Not everyone can afford supplementary insurance: while 96% of the richest fifth of the population have it, only 79% of the poorest fifth do. In racist France, only 58% of immigrants from Arab North Africa, and only 54% of immigrants from black, sub-Saharan Africa have supplementary coverage (Insee Première no. 1142).

Health insurance eats up more and more of the family budget. Today 10 to 15% of the people here postpone treatment because they can’t afford it ("l’Humanité," 9/5).

Attack On Specialist Care

The April 2004 reform made family doctors "gate keepers" to specialist health care. People must see their family doctor before seeking specialist care. Otherwise, they pay more for the specialist.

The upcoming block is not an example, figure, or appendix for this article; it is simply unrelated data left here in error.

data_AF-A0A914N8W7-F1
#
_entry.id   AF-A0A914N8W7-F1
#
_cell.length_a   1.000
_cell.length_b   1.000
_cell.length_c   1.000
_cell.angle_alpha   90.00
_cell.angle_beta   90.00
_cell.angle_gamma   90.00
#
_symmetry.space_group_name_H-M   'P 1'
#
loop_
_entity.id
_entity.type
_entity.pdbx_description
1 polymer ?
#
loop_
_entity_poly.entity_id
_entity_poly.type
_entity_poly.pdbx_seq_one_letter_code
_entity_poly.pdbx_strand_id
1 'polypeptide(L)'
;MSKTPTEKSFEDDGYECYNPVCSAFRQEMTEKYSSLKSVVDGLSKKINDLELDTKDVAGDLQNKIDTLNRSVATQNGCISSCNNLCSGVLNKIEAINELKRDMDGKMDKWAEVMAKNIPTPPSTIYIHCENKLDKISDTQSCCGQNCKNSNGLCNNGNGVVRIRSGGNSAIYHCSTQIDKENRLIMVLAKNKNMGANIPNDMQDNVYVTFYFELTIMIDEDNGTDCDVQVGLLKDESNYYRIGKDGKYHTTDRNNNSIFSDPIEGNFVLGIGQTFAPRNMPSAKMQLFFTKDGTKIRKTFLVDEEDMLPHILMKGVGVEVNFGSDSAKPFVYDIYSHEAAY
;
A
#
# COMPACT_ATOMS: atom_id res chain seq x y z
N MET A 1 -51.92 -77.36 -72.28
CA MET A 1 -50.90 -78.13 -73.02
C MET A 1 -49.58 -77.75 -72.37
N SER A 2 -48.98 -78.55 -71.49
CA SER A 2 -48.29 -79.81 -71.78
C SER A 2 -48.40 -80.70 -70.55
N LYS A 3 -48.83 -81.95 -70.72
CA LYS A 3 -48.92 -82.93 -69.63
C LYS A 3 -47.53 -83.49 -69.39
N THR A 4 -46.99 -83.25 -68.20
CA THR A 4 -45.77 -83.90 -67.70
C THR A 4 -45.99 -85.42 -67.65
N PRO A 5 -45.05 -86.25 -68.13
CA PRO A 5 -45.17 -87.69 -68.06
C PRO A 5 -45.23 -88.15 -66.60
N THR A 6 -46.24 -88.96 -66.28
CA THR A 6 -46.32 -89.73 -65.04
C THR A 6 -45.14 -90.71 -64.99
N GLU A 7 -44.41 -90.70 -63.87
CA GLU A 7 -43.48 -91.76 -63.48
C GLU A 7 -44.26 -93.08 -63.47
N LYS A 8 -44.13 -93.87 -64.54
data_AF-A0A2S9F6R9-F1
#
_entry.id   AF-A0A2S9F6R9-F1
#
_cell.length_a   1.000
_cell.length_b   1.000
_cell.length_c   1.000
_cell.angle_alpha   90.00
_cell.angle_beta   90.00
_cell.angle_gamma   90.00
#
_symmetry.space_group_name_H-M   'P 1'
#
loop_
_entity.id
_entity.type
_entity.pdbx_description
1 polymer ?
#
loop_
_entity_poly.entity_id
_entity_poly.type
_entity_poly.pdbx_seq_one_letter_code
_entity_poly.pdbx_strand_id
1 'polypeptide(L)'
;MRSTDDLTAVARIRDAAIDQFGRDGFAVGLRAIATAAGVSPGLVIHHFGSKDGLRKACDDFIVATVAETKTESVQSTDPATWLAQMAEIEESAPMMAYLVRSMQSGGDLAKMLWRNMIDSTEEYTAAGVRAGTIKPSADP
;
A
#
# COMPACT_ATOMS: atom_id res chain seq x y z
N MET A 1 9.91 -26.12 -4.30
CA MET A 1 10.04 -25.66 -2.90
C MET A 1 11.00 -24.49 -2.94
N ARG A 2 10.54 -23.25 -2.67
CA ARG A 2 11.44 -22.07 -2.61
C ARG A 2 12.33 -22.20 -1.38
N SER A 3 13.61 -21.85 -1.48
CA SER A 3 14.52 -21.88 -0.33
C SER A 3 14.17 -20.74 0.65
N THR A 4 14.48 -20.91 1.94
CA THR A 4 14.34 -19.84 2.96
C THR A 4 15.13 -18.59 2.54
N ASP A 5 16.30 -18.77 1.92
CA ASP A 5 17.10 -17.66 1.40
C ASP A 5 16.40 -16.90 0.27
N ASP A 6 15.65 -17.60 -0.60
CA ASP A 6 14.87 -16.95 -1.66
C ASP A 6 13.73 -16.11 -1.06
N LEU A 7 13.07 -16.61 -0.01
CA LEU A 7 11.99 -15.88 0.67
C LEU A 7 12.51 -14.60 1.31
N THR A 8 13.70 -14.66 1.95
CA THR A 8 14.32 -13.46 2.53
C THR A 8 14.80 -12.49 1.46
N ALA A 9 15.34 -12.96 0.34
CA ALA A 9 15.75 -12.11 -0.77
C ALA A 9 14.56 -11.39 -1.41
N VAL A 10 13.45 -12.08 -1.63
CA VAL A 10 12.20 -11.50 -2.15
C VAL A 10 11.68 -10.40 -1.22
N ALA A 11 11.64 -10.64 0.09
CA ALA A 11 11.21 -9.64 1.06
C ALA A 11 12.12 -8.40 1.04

But family doctors aren’t paid for the extra "gate-keeping" work. Consequently, they don’t do it, said the president of the family doctors association. Rich people can afford to by-pass the family doctor, but workers face an additional hurdle in getting specialist care.

This is the wretched situation in France, and it will get worse if the working class doesn’t fight back.

The National Assembly will impose medical co-payments, effective in 2008, requiring a one-euro payment every time one sees the doctor; an 18-euro franchise on every bill over 91 euros; and a 50-eurocent co-payment on every medicine prescribed.

A handicapped association condemned the scheme: "Most of the handicapped live on ... 627.27 euros a month," yet they will have to pay these extra charges.

A CSA polling company survey showed 61% of the people here oppose the co-payment scheme. Over 40 trade unions, associations and left-wing parties are organizing a demonstration against it in Paris on September 29.

While it’s important for workers in France to build this demonstration and other fight-backs against the bosses, they need to approach these struggles as stepping stones to communist revolution — the only road to decent health care for everyone.